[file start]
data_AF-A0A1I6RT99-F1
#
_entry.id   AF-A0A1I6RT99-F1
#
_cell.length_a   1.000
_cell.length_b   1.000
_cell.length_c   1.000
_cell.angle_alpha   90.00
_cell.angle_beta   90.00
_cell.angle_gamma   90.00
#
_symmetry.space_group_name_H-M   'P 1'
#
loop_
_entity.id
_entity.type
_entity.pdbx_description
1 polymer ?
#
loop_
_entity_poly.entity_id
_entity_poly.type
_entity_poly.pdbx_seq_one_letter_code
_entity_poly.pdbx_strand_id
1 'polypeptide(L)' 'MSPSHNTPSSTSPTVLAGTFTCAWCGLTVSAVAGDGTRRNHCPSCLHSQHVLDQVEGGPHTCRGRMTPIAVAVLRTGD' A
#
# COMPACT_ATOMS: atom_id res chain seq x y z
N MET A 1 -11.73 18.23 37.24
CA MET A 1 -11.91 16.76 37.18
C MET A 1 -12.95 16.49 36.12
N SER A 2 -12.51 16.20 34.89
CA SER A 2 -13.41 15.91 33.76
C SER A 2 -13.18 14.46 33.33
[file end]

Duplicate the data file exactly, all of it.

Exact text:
data_AF-A0A1I6RT99-F1
#
_entry.id   AF-A0A1I6RT99-F1
#
_cell.length_a   1.000
_cell.length_b   1.000
_cell.length_c   1.000
_cell.angle_alpha   90.00
_cell.angle_beta   90.00
_cell.angle_gamma   90.00
#
_symmetry.space_group_name_H-M   'P 1'
#
loop_
_entity.id
_entity.type
_entity.pdbx_description
1 polymer ?
#
loop_
_entity_poly.entity_id
_entity_poly.type
_entity_poly.pdbx_seq_one_letter_code
_entity_poly.pdbx_strand_id
1 'polypeptide(L)' 'MSPSHNTPSSTSPTVLAGTFTCAWCGLTVSAVAGDGTRRNHCPSCLHSQHVLDQVEGGPHTCRGRMTPIAVAVLRTGD' A
#
# COMPACT_ATOMS: atom_id res chain seq x y z
N MET A 1 -11.73 18.23 37.24
CA MET A 1 -11.91 16.76 37.18
C MET A 1 -12.95 16.49 36.12
N SER A 2 -12.51 16.20 34.89
CA SER A 2 -13.41 15.91 33.76
C SER A 2 -13.18 14.46 33.33